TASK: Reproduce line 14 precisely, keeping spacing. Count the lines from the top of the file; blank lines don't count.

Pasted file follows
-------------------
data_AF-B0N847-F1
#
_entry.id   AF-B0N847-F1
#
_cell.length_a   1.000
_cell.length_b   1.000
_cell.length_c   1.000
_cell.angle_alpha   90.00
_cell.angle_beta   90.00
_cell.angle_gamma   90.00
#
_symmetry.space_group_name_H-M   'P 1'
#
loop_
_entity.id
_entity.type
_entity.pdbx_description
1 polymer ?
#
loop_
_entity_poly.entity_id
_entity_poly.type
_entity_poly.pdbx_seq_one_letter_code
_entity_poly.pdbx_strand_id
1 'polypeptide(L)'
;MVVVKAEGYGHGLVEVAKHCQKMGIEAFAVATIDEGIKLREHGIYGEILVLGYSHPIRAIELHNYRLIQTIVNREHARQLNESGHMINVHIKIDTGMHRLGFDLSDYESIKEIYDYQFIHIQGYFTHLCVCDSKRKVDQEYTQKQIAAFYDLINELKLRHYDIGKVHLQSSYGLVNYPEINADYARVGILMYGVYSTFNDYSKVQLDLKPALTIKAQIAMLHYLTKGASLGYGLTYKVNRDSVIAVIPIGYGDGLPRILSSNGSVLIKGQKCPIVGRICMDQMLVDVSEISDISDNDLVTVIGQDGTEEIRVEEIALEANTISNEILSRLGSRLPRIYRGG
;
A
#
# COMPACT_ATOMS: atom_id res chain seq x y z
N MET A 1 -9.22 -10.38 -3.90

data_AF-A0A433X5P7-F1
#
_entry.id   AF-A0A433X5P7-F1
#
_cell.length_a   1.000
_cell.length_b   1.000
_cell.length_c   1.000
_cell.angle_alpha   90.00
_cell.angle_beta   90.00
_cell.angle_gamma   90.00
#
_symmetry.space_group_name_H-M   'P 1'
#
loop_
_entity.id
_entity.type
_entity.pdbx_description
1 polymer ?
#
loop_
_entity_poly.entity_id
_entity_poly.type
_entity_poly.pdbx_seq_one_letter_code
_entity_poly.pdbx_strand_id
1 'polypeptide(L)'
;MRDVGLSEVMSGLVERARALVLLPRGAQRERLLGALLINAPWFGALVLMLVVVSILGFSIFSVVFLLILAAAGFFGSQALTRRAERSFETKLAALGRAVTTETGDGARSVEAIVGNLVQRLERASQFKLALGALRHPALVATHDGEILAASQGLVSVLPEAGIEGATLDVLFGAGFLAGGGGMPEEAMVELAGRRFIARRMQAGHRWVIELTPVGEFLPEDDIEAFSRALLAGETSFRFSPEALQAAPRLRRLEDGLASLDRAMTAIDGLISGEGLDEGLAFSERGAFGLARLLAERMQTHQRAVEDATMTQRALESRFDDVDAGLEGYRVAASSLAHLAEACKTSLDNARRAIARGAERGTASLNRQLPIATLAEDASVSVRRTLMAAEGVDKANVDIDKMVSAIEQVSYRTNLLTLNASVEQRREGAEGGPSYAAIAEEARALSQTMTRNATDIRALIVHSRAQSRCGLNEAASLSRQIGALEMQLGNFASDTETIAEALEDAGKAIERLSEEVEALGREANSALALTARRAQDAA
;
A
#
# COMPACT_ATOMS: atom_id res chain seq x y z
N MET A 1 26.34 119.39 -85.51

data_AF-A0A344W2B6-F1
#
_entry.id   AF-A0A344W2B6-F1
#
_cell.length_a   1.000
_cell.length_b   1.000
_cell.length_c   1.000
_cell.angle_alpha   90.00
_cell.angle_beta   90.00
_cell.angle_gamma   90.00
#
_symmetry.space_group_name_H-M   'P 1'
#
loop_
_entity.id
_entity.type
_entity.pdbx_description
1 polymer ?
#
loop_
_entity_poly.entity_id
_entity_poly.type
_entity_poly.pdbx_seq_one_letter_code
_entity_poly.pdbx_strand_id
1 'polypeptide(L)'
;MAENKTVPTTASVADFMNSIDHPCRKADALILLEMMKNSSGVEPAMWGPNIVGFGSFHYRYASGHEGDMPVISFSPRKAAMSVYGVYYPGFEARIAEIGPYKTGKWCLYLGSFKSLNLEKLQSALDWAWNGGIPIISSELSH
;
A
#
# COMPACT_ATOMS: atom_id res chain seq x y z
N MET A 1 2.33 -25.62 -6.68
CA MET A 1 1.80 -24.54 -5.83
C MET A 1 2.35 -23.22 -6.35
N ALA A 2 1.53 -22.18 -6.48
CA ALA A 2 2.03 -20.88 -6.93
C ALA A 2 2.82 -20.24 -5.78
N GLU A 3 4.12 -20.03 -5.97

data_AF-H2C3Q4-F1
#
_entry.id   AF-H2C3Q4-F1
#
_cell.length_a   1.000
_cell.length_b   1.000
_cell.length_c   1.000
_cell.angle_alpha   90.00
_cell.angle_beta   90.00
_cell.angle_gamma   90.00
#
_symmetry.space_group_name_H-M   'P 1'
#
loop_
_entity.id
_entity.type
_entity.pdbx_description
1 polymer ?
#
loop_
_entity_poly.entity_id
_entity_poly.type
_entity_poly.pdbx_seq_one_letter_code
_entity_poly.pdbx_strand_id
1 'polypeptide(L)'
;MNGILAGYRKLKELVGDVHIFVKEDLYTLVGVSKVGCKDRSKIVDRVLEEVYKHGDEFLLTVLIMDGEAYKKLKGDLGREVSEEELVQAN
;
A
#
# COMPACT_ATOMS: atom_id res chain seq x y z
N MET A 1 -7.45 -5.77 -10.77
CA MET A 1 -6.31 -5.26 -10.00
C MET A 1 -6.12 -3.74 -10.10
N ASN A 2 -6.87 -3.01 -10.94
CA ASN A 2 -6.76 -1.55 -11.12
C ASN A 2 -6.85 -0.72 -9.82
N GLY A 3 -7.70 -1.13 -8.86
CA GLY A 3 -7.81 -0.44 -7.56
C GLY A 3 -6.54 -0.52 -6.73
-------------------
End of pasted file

loop_